• Calf strengthening exercises such as heel raises can help strengthen your ankle muscles. Always start double leg and then progress to single leg if pain allows.
  • Over-the-counter oral medication such as paracetamol or ibuprofen or a topical anti-inflammatory gel such as Voltarol can be effective at reducing pain associated with osteoarthritis. Talk to your pharmacist before taking medication.

What if conservative management does not help?

If your symptoms remain persistent and you have undertaken a course of physiotherapy and rehabilitation exercises then an injection may be beneficial for you.

Ultrasound guided injection therapy has been used for many decades to treat the pain and inflammation associated with osteoarthritis and is particularly effective in the following situations:

  • Symptoms that persist for over 3 months
  • Symptoms that affect your sleep
  • Symptoms that limit your ability to complete activities of daily living
  • Symptoms that limit your ability to work or partake in leisure activities
  • Symptoms that affect your ability to complete a physiotherapy rehabilitation program

An injection is not a standalone treatment. Research has shown for maximum benefit to be achieved an injection should be used in conjunction with physiotherapy. At Complete we recommend a course of treatment commence within two weeks after your injection for midfoot osteoarthritis.

Current evidence has revealed that musculoskeletal injections completed under ultrasound guidance are better tolerated by patients, more accurate and have less post injection complications than landmarks injections. This technique uses diagnostic ultrasound to create real-time imaging of target tissue, allowing for visualisation of the needle tip and accurate deposition of the medication directly to the centre of your pain. The space between the bones of the mid-foot joints is only a few millimetres and so all foot injections at Complete are carried out under ultrasound guidance for maximal effect.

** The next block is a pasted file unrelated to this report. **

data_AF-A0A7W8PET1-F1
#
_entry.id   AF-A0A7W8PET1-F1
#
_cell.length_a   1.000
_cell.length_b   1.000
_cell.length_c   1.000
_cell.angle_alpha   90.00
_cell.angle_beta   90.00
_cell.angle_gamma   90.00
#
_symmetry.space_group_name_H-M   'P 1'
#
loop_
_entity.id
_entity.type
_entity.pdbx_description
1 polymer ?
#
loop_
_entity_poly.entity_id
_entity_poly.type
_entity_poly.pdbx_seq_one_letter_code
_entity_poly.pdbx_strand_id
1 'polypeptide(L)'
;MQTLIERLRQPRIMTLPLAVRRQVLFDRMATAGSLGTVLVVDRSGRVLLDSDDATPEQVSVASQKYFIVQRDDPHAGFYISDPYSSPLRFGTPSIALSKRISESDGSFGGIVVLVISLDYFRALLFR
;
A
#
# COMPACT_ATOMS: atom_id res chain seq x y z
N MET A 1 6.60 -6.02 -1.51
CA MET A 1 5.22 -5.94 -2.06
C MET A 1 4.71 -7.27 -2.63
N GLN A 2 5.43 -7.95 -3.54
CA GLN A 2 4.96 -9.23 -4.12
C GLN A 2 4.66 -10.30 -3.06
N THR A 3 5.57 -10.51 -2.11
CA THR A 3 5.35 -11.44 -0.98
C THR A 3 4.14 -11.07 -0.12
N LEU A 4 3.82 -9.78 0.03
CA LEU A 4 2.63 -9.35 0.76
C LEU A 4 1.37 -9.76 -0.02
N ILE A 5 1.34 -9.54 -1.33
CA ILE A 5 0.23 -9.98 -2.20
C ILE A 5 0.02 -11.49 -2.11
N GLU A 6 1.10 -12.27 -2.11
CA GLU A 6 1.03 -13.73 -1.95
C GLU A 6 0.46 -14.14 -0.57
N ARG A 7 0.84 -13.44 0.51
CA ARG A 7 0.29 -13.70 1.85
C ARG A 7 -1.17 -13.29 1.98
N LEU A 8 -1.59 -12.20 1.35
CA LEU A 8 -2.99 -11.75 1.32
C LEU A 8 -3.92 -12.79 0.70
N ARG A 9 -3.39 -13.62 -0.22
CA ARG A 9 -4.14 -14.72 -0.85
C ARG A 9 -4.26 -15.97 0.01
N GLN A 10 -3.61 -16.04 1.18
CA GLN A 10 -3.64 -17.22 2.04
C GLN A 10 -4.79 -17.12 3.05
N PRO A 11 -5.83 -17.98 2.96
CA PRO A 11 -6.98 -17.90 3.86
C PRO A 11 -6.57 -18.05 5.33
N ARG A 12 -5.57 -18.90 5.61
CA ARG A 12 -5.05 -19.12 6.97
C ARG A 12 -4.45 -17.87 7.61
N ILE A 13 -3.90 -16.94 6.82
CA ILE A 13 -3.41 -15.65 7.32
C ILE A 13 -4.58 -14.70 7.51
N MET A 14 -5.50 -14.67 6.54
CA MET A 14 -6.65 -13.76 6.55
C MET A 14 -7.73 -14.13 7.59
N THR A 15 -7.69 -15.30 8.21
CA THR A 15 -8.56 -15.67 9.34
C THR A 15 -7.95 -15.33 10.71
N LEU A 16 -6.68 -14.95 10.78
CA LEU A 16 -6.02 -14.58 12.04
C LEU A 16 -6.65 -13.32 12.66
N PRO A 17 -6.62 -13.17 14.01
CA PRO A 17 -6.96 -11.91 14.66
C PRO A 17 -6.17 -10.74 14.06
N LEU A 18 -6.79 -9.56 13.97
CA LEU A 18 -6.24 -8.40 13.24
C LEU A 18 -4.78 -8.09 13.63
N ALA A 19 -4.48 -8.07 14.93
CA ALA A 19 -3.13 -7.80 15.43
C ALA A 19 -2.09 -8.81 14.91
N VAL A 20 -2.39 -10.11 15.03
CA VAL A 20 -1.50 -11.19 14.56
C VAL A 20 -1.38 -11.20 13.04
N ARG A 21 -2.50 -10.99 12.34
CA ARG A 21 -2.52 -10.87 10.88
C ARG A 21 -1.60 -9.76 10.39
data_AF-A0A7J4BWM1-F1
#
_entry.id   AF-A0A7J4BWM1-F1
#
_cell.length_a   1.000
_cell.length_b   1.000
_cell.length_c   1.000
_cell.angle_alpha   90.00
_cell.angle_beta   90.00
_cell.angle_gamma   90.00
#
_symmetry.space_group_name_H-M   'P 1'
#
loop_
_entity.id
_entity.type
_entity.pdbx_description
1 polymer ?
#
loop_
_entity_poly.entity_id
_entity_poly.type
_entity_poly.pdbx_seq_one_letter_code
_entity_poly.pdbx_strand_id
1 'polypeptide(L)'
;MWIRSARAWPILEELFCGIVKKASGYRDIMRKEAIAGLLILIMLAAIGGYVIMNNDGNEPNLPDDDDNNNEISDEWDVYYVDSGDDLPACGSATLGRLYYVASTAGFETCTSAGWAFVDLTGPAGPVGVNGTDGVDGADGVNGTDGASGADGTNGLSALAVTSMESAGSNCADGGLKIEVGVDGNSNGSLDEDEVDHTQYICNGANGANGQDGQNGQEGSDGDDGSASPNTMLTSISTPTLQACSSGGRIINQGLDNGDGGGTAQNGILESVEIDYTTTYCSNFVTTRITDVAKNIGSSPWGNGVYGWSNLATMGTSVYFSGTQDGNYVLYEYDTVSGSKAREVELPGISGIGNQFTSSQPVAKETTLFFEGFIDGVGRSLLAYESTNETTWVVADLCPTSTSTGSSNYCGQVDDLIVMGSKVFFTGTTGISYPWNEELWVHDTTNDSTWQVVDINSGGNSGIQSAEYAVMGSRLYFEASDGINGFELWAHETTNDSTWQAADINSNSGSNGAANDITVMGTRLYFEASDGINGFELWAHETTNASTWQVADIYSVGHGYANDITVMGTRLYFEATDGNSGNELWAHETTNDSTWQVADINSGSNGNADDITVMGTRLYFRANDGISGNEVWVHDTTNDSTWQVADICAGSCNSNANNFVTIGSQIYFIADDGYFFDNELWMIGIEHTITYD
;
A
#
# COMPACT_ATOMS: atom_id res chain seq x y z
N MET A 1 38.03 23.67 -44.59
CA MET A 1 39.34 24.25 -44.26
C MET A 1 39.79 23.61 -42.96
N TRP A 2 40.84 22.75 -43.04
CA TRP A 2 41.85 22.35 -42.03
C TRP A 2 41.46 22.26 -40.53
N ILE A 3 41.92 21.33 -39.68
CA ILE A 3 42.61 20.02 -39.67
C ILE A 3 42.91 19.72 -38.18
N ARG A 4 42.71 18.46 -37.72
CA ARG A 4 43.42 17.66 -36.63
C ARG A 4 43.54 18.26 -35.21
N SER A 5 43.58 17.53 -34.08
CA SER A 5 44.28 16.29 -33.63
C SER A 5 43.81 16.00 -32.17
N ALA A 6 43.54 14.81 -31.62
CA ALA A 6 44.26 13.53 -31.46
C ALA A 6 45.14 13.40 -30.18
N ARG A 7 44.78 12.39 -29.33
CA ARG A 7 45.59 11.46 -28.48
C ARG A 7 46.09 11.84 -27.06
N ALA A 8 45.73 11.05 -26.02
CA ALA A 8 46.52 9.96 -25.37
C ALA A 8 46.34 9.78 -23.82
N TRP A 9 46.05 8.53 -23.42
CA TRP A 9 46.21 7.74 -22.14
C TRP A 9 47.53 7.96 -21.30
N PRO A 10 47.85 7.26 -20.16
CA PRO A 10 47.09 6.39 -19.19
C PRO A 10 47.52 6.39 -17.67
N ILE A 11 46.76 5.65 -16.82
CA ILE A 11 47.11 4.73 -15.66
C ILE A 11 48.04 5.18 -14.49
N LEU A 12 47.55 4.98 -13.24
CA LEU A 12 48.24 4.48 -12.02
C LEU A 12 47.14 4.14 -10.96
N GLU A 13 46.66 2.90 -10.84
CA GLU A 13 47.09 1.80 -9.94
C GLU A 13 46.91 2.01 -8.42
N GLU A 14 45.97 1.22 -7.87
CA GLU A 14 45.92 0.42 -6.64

There are two ultrasound-guided injection options available for the treatment of midfoot osteoarthritis:

1. Ultrasound-guided corticosteroid injection

A corticosteroid is a strong, injectable anti-inflammatory medication that has been used for decades to effectively reduce pain and inflammation associated with osteoarthritis. Corticosteroid is combined with a local short acting analgesic prior to being injected under ultrasound imaging. The combination of ultrasound imaging and short-acting local analgesic allows for an accurate comfortable injection experience.

2. Ultrasound-guided hyaluronic acid injection 

Hyaluronic acid is a man-made replica of a naturally occurring substance found within joints. It provides lubrication for the joint and has been shown to possess powerful anti-inflammatory properties. It is regularly used, in combination with short-acting local anaesthetic, as an alternative to the corticosteroid for the treatment of osteoarthritis.

Complete are able to provide you with a same day service on all injections. You do not need a referral from your G.P.  You are able to self-refer directly into our service. Our highly experienced team of clinicians are fully qualified independent prescribers, physiotherapists, musculoskeletal sonographers and injection therapists who will be able to assess, diagnose, prescribe the most appropriate medication and complete an injection all within the same session.

If you would like more information or would like to book an appointment please contact us on 0207 4823875 or email


Dugarte, A., Bharwani, S., Yoo, H., Boiwka, A.V., Charles, C.Y., Bajwa, N.S., Toy, J.O., Tang, J.E., Ahn, U. and Ahn, N., 2016. Calcaneocuboid joint arthritis of the midfoot precedes tibiotalar joint arthritis. Orthopedics, 39(6), pp.e1112-e1116.

Chi, T., Tencer, A. and Sangeorzan, B., 2000. The role of foot structures in control of midfoot motion. In 46th annual meeting of the Orthopedic Research Society.

Kaeley, G.S., Bakewell, C. and Deodhar, A., 2020. The importance of ultrasound in identifying and differentiating patients with early inflammatory arthritis: a narrative review. Arthritis Research & Therapy, 22(1), pp.1-10.

Thomas, M.J., Peat, G., Rathod, T., Marshall, M., Moore, A., Menz, H.B. and Roddy, E., 2015. The epidemiology of symptomatic midfoot osteoarthritis in community-dwelling older adults: cross-sectional findings from the Clinical Assessment Study of the Foot. Arthritis research & therapy, 17(1), p.178.

Wakefield, R.J., Gibbon, W.W., Conaghan, P.G., O’Connor, P., McGonagle, D., Pease, C., Green, M.J., Veale, D.J., Isaacs, J.D. and Emery, P., 2000. The value of sonography in the detection of bone erosions in patients with rheumatoid arthritis: a comparison with conventional radiography. Arthritis & Rheumatism, 43(12), pp.2762-2770.